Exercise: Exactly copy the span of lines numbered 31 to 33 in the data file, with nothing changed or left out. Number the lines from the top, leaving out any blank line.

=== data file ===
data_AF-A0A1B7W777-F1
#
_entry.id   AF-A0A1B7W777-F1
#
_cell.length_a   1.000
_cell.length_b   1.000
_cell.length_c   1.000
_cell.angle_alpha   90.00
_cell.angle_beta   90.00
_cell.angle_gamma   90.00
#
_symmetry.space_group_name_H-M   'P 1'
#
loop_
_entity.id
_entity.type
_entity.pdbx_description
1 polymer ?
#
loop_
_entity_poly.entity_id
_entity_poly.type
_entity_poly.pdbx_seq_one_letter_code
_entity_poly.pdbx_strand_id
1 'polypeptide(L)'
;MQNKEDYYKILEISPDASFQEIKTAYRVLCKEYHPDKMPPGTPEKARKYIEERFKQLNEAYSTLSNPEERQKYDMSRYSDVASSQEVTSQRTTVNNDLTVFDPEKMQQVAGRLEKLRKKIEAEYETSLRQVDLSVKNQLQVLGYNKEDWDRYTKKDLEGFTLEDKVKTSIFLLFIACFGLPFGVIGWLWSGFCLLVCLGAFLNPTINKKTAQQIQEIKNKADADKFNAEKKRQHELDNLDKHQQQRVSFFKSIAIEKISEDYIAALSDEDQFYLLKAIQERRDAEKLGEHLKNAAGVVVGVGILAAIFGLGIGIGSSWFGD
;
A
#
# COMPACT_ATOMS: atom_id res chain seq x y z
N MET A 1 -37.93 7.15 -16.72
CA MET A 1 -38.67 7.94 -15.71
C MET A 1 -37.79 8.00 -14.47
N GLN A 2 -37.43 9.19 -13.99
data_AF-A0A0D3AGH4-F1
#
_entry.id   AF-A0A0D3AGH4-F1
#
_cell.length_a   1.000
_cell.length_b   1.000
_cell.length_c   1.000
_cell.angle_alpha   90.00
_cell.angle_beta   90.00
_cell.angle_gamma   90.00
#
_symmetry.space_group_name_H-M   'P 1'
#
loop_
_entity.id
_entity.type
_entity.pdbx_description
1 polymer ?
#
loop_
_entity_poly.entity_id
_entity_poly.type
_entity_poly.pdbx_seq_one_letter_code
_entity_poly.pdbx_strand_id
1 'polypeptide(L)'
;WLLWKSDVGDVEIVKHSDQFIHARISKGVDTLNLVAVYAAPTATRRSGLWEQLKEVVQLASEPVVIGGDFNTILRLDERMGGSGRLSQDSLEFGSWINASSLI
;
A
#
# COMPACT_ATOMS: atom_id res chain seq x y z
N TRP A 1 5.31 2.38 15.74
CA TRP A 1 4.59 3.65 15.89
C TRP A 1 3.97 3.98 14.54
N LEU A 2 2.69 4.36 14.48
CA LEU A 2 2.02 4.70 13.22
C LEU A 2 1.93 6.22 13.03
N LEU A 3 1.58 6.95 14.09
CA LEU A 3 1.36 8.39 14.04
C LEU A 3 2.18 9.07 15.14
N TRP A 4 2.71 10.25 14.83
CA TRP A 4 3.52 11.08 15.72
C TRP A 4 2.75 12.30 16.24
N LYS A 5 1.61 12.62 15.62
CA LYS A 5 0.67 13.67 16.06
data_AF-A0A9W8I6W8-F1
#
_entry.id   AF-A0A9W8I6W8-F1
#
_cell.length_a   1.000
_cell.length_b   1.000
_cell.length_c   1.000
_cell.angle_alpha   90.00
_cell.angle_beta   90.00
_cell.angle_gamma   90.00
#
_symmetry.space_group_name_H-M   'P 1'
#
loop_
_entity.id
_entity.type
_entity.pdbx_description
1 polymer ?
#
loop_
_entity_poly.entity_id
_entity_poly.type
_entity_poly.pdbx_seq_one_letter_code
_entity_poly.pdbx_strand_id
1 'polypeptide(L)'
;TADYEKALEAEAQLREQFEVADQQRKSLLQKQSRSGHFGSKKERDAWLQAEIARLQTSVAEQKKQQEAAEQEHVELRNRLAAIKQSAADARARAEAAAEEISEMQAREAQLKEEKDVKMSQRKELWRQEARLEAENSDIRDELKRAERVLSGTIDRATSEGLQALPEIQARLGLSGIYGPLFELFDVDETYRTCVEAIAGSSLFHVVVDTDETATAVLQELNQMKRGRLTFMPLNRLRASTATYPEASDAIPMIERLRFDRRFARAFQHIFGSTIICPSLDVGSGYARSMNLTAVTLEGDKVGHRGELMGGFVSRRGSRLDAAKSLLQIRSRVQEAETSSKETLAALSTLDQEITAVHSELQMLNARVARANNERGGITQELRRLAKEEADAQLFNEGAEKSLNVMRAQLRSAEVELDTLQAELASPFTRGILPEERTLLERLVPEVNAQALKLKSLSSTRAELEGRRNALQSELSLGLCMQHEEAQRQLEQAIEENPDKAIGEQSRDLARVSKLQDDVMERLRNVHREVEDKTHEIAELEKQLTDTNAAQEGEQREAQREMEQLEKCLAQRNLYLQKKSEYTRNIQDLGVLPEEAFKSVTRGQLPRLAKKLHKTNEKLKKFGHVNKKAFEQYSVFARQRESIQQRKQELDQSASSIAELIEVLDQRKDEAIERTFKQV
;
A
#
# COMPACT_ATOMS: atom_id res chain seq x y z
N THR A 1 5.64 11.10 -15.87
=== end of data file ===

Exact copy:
N MET A 1 -37.93 7.15 -16.72
CA MET A 1 -38.67 7.94 -15.71
C MET A 1 -37.79 8.00 -14.47